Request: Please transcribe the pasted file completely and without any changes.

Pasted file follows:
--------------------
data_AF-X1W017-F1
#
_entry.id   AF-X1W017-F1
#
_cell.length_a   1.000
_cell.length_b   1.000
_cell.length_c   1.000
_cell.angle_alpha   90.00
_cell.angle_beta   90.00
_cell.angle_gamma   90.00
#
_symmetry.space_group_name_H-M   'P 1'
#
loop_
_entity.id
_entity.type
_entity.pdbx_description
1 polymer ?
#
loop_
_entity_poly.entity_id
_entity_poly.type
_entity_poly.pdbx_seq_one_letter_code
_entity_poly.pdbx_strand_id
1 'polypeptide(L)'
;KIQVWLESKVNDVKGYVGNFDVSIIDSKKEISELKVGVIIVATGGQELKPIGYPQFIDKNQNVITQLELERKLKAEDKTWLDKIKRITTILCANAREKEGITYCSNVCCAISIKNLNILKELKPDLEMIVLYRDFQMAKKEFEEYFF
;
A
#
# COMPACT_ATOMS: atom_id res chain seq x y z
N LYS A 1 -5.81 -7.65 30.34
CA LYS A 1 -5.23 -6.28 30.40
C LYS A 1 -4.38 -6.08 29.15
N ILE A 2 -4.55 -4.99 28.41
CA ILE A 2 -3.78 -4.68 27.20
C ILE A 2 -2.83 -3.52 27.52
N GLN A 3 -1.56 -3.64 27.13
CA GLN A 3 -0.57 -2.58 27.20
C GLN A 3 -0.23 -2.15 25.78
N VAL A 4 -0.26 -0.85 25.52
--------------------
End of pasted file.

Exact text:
data_AF-X1W017-F1
#
_entry.id   AF-X1W017-F1
#
_cell.length_a   1.000
_cell.length_b   1.000
_cell.length_c   1.000
_cell.angle_alpha   90.00
_cell.angle_beta   90.00
_cell.angle_gamma   90.00
#
_symmetry.space_group_name_H-M   'P 1'
#
loop_
_entity.id
_entity.type
_entity.pdbx_description
1 polymer ?
#
loop_
_entity_poly.entity_id
_entity_poly.type
_entity_poly.pdbx_seq_one_letter_code
_entity_poly.pdbx_strand_id
1 'polypeptide(L)'
;KIQVWLESKVNDVKGYVGNFDVSIIDSKKEISELKVGVIIVATGGQELKPIGYPQFIDKNQNVITQLELERKLKAEDKTWLDKIKRITTILCANAREKEGITYCSNVCCAISIKNLNILKELKPDLEMIVLYRDFQMAKKEFEEYFF
;
A
#
# COMPACT_ATOMS: atom_id res chain seq x y z
N LYS A 1 -5.81 -7.65 30.34
CA LYS A 1 -5.23 -6.28 30.40
C LYS A 1 -4.38 -6.08 29.15
N ILE A 2 -4.55 -4.99 28.41
CA ILE A 2 -3.78 -4.68 27.20
C ILE A 2 -2.83 -3.52 27.52
N GLN A 3 -1.56 -3.64 27.13
CA GLN A 3 -0.57 -2.58 27.20
C GLN A 3 -0.23 -2.15 25.78
N VAL A 4 -0.26 -0.85 25.52